Two Big Reasons Yoga Boosts Well Being

It's all about the Group

It’s all about the Group

I have a confession.  Until last Saturday, I hadn’t been to a yoga class in about a month, but I have a good reason.  My local studio, Ubuntu in Napa, had closed it’s doors and just reopened as Rev Yoga in a new location on Saturday.

Why not just find another studio for a month, you may ask.  Well, if you practice yoga you know it’s just not that easy.  Once you find a studio you like, it almost becomes a home.  A sanctuary of acceptance and serenity.   A place where you go to exercise not just your body, but your mind as well.   You can’t just go down the block and find a foster family for a month.

This isn’t to say I didn’t exercise or practice yoga during the studio’s rebirth.  There is something to be said for a home practice, where you can take your time visiting and exploring the poses that call  to you.  It’s a great way to set your intention for the day or to wind down in the evening.  I always mix yoga into my daily workouts,  and often set aside time for dedicated practice.

But practicing at home is never quite the same as practicing at your favorite studio.

In my view, there are two reasons for this and they are forever intertwined.   First, when you find a yoga studio that fits your life and your values, you become part of a community.  This may happen quickly, or it may evolve over time depending on your personality.  I have never been a joiner.  Team sports were never my thing and quite frankly, that is one of the aspects that first attracted me to yoga.  It’s something you can do on your own.

Here is the interesting thing.  When you become a regular member of a studio, you begin to feel a kinship with the other students.  True, it happens with any group or club, but with yoga there is a subtle difference.  People in the studio are on a similar path.  They want to improve their health, of course, but more importantly, they are looking to increase their overall well-being.   It may be unspoken, but the desire is there.  And because it is such a personal issue, it is a little easier to let down those walls we defend so vigorously and let others get closer than you would in a gym or a Zumba class.

Combine movement and breath for serenity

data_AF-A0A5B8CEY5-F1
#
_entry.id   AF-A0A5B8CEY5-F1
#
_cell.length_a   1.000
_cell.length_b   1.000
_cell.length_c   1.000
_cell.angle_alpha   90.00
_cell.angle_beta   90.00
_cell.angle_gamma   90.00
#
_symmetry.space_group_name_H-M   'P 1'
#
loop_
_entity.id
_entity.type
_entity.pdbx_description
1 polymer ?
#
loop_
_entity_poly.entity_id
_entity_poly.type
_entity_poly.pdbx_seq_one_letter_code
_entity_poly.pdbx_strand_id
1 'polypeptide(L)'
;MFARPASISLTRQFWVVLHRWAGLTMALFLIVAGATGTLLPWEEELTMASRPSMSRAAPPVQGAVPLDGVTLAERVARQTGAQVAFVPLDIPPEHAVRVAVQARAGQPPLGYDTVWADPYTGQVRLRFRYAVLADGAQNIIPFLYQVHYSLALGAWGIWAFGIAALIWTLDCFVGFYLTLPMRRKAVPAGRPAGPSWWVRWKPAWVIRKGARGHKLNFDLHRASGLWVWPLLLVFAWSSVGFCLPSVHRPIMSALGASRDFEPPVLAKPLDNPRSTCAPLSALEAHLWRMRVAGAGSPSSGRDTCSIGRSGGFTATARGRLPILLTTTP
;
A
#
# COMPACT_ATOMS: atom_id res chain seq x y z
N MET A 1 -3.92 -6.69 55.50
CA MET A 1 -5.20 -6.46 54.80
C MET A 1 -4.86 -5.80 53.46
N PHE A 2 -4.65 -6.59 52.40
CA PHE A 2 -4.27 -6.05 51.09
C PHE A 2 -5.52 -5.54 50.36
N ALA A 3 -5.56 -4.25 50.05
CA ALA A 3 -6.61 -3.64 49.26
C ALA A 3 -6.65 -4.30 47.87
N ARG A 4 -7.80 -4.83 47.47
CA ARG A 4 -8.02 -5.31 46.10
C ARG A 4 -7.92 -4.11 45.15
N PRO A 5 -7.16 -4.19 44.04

Find Balance in the Breath

There is nothing to prove in the studio.  It is a place of acceptance, not of competition.  On the mat you accept yourself for what you can do–and what you can’t.  There is no judgement there, simply a recognition of the facts.  When you are in that frame of mind, it allows to you accept yourself and it becomes much easier to accept others.

The second half of the equation deals with balance and breath.  Not physical balance, although that definitely plays a role.  I’m talking about the mental clarity and balance created when the mind is focused on uniting the movement and the breath.  The distractions of the day fade away, and for that moment there is only the pose and that time.   The energy of the body and mind find balance through the breath, and it is truly amazing.

Something else happens in a yoga class when the students begin to move as one.  Physically it is not so difficult to do, but when a group of people begins to breathe as one, the energy that floods the room is incredible.  It becomes a shared personal experience and forges bonds of friendship more quickly  than years of water cooler chats.

In order to thrive in this life, it is essential to have a strong support network.  Some people find that support through their family, some through their friends.  And some of us find it with a group of strangers who come together on a regular basis to move, to stretch, to breathe, and to share the experience.

And after all, sharing is what a community is all about.

Related Posts:

Yoga As Part  Of a Wellness Program

The Importance of Clarity for Health and Well Being

About Chris Griffin

Chris Griffin is a executive coach with a passion for wellness. He helps executives and senior management enhance their performance and their lives by pinpointing and changing self-defeating behaviors.
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